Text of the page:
I just moved to the USA last year and it took me this long to get my credit score up to a good level Even though we had no debt and a reasonable amount of cash we brought with us from the sale of our home in New Zealand. We we have a mortagage free home and I just went to the bank to get a line of credit on to use for REI.
Im interested in buying multifamily out of state. Im currently in Northern Washington State. Im taking as much info in as i can with books podcasts etc and some of the concerns I have I thought Id share.
I listened to the podcast yesterday about investing in multifamily which is the area that interests me the analysis part was really helpful. The problem I have is that I think I can analyze properties but I dont know the areas. Brandon said bad areas attract bad people which I completely agree with but I dont know which areas are bad. Another issue I struggle with is many of the properties dont show many pictures at least of the inside of these multi families. So to do the initial analysis is difficult because I dont know the initial condition and its hard to put information into the analysis that would give me accurate feedback. If anyone can point me in the right direction I would really appreciate it.
A commonly used technique is to make an offer, maybe full asking price, then you do your due diligence by verifying the income, expenses, physical inspection, etc. If you find the deal is no good, you renegotiate or back out. During this time, the property is no longer on the market. You have it under contract, which buys you time to do the homework. Knowing the area is something that you would do before you make an offer. Learning a market takes time. What is the market rent for the area? Prevailing Cap rate? Crime, demographics, job market, growing or contracting economy. These things take time and I don't recommend you go deeply into debt on a property before you find out if you bought in an area that you can't exit. Think about how you will exit before you get into a deal. Be sure, don't guess or take anyone's word.
@Steven Kennerley Welcome to the area!
I've been looking into multi families for a while now.
Your post said you were looking for out of state multis, but then other parts made it sound like you were looking in your area. I'm a little confused on which.
Regardless, send me a direct message. I'd be happy to talk to you about it, or to meet up somewhere for coffee.
There is a Bellingham group of investors. You should join us!
@Steven Kennerley yes, you should definitely join Bellingham's REI group. It can be found easily on meetup.com.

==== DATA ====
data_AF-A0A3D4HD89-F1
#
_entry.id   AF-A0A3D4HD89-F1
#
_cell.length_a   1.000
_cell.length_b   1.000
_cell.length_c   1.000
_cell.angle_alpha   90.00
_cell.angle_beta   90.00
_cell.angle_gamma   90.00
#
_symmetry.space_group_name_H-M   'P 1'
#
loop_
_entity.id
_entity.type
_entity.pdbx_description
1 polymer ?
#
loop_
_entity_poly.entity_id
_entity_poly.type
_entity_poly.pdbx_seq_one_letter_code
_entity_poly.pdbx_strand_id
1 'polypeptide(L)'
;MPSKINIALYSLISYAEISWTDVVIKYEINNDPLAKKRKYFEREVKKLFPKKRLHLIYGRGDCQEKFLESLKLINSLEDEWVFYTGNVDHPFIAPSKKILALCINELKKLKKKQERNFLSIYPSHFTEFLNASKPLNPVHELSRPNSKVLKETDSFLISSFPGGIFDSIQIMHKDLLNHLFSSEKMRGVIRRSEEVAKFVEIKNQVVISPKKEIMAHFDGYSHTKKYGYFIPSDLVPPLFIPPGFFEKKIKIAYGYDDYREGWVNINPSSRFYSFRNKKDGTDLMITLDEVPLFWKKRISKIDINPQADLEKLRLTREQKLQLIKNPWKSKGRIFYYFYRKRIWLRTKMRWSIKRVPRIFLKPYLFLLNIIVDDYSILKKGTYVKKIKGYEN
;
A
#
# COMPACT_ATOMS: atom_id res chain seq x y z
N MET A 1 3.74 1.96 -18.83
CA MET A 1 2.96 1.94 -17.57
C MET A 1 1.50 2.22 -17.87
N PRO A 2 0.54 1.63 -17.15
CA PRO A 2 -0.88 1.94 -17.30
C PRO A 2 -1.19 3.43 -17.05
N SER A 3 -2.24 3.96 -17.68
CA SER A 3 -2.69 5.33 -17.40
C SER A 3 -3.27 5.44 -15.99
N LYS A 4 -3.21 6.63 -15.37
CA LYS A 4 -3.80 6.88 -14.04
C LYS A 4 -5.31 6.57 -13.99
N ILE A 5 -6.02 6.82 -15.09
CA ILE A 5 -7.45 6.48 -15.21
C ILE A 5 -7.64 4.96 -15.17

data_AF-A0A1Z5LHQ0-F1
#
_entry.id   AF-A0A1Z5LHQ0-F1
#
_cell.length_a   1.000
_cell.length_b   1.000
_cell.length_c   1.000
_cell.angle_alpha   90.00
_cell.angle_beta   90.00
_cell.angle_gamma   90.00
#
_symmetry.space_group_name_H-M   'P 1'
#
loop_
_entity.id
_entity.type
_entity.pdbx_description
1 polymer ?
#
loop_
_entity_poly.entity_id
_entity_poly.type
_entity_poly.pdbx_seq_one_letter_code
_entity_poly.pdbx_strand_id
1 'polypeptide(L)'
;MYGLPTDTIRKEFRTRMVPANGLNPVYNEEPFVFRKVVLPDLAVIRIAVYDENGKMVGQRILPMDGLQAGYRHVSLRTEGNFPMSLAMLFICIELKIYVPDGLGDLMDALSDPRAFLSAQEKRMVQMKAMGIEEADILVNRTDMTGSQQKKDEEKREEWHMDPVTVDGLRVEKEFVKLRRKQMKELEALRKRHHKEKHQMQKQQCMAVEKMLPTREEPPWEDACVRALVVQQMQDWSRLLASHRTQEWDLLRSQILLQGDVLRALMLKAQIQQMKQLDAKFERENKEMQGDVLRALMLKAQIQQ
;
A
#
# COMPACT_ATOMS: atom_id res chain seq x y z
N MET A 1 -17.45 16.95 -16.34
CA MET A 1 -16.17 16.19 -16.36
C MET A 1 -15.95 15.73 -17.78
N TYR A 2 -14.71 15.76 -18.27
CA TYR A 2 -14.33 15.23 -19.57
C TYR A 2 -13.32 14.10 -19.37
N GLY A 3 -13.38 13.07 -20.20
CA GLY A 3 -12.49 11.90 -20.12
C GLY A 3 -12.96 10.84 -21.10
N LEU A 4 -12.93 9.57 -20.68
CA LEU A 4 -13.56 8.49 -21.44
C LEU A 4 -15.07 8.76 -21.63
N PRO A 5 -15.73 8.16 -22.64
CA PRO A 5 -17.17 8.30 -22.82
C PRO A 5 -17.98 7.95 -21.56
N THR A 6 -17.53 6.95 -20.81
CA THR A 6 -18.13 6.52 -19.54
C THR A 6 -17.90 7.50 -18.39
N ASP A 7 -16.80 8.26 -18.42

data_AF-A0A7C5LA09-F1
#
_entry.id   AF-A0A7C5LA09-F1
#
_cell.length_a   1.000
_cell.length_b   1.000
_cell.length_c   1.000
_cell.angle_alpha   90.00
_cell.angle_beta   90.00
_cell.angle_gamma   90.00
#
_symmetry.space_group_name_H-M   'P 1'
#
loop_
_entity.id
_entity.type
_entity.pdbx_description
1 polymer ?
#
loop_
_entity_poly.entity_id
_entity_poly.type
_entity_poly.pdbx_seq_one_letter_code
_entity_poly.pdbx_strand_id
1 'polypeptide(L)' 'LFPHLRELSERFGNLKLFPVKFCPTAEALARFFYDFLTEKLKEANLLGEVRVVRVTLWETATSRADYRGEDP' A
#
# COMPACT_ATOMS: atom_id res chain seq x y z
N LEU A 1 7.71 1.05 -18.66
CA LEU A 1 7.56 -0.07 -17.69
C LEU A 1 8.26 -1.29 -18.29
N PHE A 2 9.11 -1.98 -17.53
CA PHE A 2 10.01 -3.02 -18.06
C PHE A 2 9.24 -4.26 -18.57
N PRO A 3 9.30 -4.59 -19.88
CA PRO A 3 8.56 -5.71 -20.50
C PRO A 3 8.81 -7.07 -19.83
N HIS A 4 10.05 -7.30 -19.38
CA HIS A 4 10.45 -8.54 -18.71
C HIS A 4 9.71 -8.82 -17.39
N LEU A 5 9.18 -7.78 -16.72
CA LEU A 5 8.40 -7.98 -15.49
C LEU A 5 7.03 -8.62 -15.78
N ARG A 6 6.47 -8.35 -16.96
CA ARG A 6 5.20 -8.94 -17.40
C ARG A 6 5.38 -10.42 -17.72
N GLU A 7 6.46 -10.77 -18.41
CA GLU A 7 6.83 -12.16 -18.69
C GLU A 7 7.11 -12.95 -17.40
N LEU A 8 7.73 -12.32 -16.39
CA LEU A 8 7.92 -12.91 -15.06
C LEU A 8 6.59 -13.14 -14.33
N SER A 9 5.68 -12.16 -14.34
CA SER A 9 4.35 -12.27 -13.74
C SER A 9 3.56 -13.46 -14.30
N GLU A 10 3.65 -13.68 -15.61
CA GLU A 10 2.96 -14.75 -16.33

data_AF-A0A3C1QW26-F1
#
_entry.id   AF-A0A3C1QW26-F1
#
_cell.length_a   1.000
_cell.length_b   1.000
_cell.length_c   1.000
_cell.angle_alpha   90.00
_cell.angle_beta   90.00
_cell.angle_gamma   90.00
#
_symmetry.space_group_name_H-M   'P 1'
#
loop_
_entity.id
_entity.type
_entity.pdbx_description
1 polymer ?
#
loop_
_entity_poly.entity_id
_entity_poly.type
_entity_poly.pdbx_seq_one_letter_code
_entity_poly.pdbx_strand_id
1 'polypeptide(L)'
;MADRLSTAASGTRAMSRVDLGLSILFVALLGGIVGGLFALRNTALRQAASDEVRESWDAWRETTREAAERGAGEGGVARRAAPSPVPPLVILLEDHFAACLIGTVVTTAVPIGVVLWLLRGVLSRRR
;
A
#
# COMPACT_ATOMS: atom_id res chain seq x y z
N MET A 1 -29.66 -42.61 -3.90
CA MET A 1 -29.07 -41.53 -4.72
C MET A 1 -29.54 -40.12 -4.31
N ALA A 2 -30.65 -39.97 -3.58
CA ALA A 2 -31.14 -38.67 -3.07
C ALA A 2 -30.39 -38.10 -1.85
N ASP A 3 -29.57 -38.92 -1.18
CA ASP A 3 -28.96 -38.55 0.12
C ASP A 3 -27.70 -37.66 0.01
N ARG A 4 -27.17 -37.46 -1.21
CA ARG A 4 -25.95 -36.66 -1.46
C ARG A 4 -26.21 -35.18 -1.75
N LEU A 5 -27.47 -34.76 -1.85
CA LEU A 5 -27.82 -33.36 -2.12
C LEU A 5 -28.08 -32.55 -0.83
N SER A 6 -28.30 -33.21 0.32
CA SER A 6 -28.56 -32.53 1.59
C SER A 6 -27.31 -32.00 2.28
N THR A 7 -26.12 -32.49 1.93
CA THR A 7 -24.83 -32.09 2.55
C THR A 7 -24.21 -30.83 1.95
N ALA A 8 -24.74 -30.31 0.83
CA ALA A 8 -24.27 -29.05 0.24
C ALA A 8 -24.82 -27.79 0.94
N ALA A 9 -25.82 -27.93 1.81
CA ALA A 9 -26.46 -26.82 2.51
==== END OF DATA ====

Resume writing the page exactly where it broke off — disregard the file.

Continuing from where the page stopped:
I am also looking at buying one or more MFR in other states. Do what you want of course, but I am doing a top-down approach. i.e. start with the state, then county, then city, then neighborhood and finally property. Your budget and risk tolerance will play a big role as well.
Once you have a general area in mind, i'd reach out to realtors on Bigger Pockets operating in those areas. Tell them what you are looking for, what you need, dont need, etc., and budget.
Once these realtors start sending you properties fire back as many questions as you need. Assuming you are dealing with an honest realtor, ask for their feedback. They SHOULD know the area and be able to provide a lot of info not available in the public listings.
After a few months of this, you should get a very good idea of what is good and what isn't.
just my 2 cents.
@Patrick Britton thats really helpful. I will definitely be at the next meet up. Thank you.
@Robert Freeborn Hey Robert I am looking out of state primarily because I dont think I can find multi family with the right numbers in our part of the country. I will be at the next meet up hope to see you there.
@Anthony Dooley Thanks for the advice Anthony. I appreciate it, this is all very helpful.
Look at crime maps for bad areas. Trulia has "heat maps." Also talk with local commercial brokers, managers and lenders about neighborhoods. To figure out offering price due to necessary condition you can talk with the agent or have your team members look at the deals. Eventually you need to see it. I would not recommend retrading (renegotiating on price). Doing it once is ok, but do it often and you will no longer get taken seriously
@Steven Kennerley I can send a map of OKC over with a breakdown of what class each area is considered and what price points and rates of return you should look for. Are you still looking out of state?
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